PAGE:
How Panama Hats are made and more in Manta, Ecuador.
On April 16 2016, an earthquake with a magnitude of 7.8 occurred around 190 km north of the town of Manta, The very large thrust earthquake was the worst natural disaster to hit Ecuador since the 1949 Ambato earthquake and at least 661 people were killed and 27,732 people injured.
Manta was hard hit with its central commercial shopping district completely destroyed and the airport control tower so badly damaged the airport was closed. There were over 300 fatalities in Manta alone. The devastation caused from the earthquake is still visible around areas of Manta today. We were told that Sea Princess was the first cruise ship to return to the port of Manta following the earthquake and, importantly for the town, the return of cruise tourism and a much needed injection of tourist dollars.
Which for me meant some early morning shopping with a capital S (without guilt) at a nearby local craft market …
While Dave went off to photograph the wonderful (feathered) birdlife along the shore … including brown pelicans, snowy egrets with bad hair days, and circling frigate birds.
All in all we had a fantastic time in this lively port town that is centred around its fishing fleet and tuna fishing industry, before jumping in a taxi with friends to visit nearby Montecristi about 20kms away. Anyway, we think the photos of Manta and Montecristi speak for themselves – so hope you enjoy the photos below and get a sense of the great time you can have in this region if you visit.
Sea Princess docked near the town and a shuttle bus took us to the nearby market place.
At the port we were given such a warm welcome by the people of Manta, and found so much to do during our day ashore; we watched the huge tuna catches being unloaded, went shopping for alpaca knitwear and jewellery made from ivory nuts. We watched how Panama hats are made and found just the right one for me! ($20). I couldn’t resist buying one. I really love it – so light and cool.
We visited a bustling fish market …
And watched fishing boats, their holds filled with Tuna, return to Manta and tie up alongside Sea Princess to unload their catch.
We had a wonderful South American welcome at the dockside with Latin American music and dancers to greet us …
Manta has a mega tuna monument!
Shopping at the market for alpaca knitwear …
Dave took a walk along the waterfront and took photos of the abundant birdlife Below is a Snowy Egret in plumage display.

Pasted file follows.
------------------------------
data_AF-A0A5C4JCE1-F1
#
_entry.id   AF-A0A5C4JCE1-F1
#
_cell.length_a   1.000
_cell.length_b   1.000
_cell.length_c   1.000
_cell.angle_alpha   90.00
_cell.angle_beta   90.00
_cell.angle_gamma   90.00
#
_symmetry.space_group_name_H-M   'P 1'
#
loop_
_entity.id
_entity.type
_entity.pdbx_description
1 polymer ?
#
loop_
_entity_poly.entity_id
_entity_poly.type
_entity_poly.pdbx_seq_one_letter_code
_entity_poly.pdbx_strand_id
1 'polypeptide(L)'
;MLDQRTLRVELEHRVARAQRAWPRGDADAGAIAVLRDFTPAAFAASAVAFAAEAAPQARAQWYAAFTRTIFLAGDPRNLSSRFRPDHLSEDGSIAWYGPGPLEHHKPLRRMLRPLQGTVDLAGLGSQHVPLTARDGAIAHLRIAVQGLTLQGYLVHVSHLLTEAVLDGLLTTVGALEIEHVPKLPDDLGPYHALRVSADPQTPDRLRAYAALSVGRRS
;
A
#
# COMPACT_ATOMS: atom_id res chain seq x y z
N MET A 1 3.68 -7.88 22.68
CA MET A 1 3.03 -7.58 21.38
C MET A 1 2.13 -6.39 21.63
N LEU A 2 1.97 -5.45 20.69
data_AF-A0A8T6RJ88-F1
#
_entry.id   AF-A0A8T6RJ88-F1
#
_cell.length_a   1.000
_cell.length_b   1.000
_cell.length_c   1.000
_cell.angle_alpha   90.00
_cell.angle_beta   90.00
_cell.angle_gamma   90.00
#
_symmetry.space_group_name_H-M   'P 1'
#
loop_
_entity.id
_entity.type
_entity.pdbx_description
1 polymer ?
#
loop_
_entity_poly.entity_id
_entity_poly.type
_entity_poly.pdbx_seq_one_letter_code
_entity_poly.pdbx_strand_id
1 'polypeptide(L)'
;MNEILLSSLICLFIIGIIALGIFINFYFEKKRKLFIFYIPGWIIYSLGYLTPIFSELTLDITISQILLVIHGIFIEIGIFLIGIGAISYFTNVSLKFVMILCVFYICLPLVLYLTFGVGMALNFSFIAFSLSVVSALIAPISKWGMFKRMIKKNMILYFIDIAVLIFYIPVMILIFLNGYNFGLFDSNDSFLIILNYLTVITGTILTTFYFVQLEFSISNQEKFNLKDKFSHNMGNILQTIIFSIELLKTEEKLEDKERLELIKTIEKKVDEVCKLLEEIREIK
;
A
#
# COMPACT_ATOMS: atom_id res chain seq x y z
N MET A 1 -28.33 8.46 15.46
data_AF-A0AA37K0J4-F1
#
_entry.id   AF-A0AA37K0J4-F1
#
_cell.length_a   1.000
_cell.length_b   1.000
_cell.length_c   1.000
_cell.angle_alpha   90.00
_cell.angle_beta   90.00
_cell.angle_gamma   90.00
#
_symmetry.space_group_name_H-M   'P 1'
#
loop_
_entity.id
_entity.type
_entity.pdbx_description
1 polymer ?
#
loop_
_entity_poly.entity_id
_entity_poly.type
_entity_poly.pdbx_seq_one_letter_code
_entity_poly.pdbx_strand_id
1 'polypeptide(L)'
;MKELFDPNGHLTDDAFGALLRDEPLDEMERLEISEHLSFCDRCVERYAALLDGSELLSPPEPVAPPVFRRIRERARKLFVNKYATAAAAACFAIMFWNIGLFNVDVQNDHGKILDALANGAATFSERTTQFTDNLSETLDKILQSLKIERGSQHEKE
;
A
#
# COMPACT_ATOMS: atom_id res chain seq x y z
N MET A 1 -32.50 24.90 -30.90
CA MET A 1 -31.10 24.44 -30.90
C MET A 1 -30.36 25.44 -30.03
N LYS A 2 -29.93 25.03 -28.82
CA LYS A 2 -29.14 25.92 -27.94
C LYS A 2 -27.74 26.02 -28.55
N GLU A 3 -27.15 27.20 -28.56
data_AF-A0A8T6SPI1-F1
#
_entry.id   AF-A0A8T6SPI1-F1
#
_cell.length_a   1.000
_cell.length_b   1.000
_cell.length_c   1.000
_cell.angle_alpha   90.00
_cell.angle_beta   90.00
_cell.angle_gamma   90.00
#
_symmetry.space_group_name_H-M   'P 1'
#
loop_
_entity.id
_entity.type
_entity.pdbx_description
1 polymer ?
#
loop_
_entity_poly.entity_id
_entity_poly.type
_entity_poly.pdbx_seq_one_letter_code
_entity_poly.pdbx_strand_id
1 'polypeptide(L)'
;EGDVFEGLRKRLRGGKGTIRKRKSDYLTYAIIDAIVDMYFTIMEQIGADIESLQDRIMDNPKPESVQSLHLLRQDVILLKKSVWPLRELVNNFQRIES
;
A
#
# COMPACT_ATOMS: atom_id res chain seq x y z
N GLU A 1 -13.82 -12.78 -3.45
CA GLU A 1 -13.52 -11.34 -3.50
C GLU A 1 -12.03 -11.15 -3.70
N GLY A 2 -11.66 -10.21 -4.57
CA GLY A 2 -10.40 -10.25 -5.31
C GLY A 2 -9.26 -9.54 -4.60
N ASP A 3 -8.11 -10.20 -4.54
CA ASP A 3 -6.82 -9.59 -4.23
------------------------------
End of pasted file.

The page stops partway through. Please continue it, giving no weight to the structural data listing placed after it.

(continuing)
Driving to Montecristi we saw an amazing mosaic statue at a roundabout.
Montecristi is the birthplace of the Panama Hat (Panama hats are actually made in Ecuador!).
The best quality hats are known as Montecristis, after the town of Montecristi, where they are produced. We visited a Panama hat factory (above) and watched the local women painstakingly weave these iconic hats of the region (below).
A Panama hat is a traditional brimmed straw hat of Ecuadorian origin. Traditionally, hats were made from the plaited leaves of the Carludovica palmata plant, known locally as the toquilla palm or jipijapa palm, although it is a palm-like plant rather than a true palm.
The art of weaving the traditional Ecuadorian toquilla hat was added to the UNESCO Intangible Cultural Heritage Lists in 2012.
The two main processes in the creation of a Panama hat are weaving and blocking.
The quality of hats are largely determined by the weave.
The rarest and most expensive Panama hats are hand-woven with up to 3000 weaves per square inch. In February 2014, Simon Espinal, an Ecuadorian 47-year-old Panama hat weaver considered to be among the best at his craft, set a world record by creating a Panama hat with four thousand weaves per inch that took eight months to handcraft from beginning to end.
We had the most delicious seafood meal with our neighbours on board, Kerry and Di who were great company. We were serenaded at our table with Latin tunes, had wonderful fresh seafood washed down with South American beer, Cerveza, and for the four of us the whole bill only came to $50 – unbelievable value for fresh fresh seafood at a great local venue on the beach.
The view looking back on the town later that afternoon (when we got back on board Sea Princess) when we were told by friends on board that they’d spotted a Humpback Whale close to the ship as well as giant turtles.
As the sun dipped over the horizon, so Sea Princess sailed away. A loud burst on the ship’s horn signified our departure, and we were off, cruising towards Peru.
I’m travelling as a guest of Sea Princess but all opinions are my own.